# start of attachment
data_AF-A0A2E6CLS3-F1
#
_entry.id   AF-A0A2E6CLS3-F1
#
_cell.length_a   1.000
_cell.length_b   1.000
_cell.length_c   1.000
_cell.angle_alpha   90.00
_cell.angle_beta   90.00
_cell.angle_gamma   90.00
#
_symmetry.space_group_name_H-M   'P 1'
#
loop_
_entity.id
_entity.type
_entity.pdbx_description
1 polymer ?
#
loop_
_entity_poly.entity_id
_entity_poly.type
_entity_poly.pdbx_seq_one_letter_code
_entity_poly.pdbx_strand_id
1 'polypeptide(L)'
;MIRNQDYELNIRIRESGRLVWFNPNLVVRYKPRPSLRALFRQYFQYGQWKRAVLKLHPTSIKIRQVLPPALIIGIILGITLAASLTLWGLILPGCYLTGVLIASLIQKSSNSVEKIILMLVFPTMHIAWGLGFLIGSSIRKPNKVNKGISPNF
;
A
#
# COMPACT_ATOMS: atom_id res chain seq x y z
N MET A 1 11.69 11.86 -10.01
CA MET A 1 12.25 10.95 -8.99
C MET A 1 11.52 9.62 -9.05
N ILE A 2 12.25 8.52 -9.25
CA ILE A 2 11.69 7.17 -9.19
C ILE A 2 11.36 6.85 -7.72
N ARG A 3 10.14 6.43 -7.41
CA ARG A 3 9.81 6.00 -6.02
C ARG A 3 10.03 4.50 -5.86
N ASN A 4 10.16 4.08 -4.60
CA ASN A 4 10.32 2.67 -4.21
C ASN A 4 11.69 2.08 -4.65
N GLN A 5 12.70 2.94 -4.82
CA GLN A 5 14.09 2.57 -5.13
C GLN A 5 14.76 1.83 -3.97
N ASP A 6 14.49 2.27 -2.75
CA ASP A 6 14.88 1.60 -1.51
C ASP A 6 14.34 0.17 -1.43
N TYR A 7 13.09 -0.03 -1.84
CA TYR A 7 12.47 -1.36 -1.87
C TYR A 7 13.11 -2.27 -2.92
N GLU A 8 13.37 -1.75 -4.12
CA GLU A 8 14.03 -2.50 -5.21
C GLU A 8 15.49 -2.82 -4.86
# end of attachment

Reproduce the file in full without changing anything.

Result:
data_AF-A0A2E6CLS3-F1
#
_entry.id   AF-A0A2E6CLS3-F1
#
_cell.length_a   1.000
_cell.length_b   1.000
_cell.length_c   1.000
_cell.angle_alpha   90.00
_cell.angle_beta   90.00
_cell.angle_gamma   90.00
#
_symmetry.space_group_name_H-M   'P 1'
#
loop_
_entity.id
_entity.type
_entity.pdbx_description
1 polymer ?
#
loop_
_entity_poly.entity_id
_entity_poly.type
_entity_poly.pdbx_seq_one_letter_code
_entity_poly.pdbx_strand_id
1 'polypeptide(L)'
;MIRNQDYELNIRIRESGRLVWFNPNLVVRYKPRPSLRALFRQYFQYGQWKRAVLKLHPTSIKIRQVLPPALIIGIILGITLAASLTLWGLILPGCYLTGVLIASLIQKSSNSVEKIILMLVFPTMHIAWGLGFLIGSSIRKPNKVNKGISPNF
;
A
#
# COMPACT_ATOMS: atom_id res chain seq x y z
N MET A 1 11.69 11.86 -10.01
CA MET A 1 12.25 10.95 -8.99
C MET A 1 11.52 9.62 -9.05
N ILE A 2 12.25 8.52 -9.25
CA ILE A 2 11.69 7.17 -9.19
C ILE A 2 11.36 6.85 -7.72
N ARG A 3 10.14 6.43 -7.41
CA ARG A 3 9.81 6.00 -6.02
C ARG A 3 10.03 4.50 -5.86
N ASN A 4 10.16 4.08 -4.60
CA ASN A 4 10.32 2.67 -4.21
C ASN A 4 11.69 2.08 -4.65
N GLN A 5 12.70 2.94 -4.82
CA GLN A 5 14.09 2.57 -5.13
C GLN A 5 14.76 1.83 -3.97
N ASP A 6 14.49 2.27 -2.75
CA ASP A 6 14.88 1.60 -1.51
C ASP A 6 14.34 0.17 -1.43
N TYR A 7 13.09 -0.03 -1.84
CA TYR A 7 12.47 -1.36 -1.87
C TYR A 7 13.11 -2.27 -2.92
N GLU A 8 13.37 -1.75 -4.12
CA GLU A 8 14.03 -2.50 -5.21
C GLU A 8 15.49 -2.82 -4.86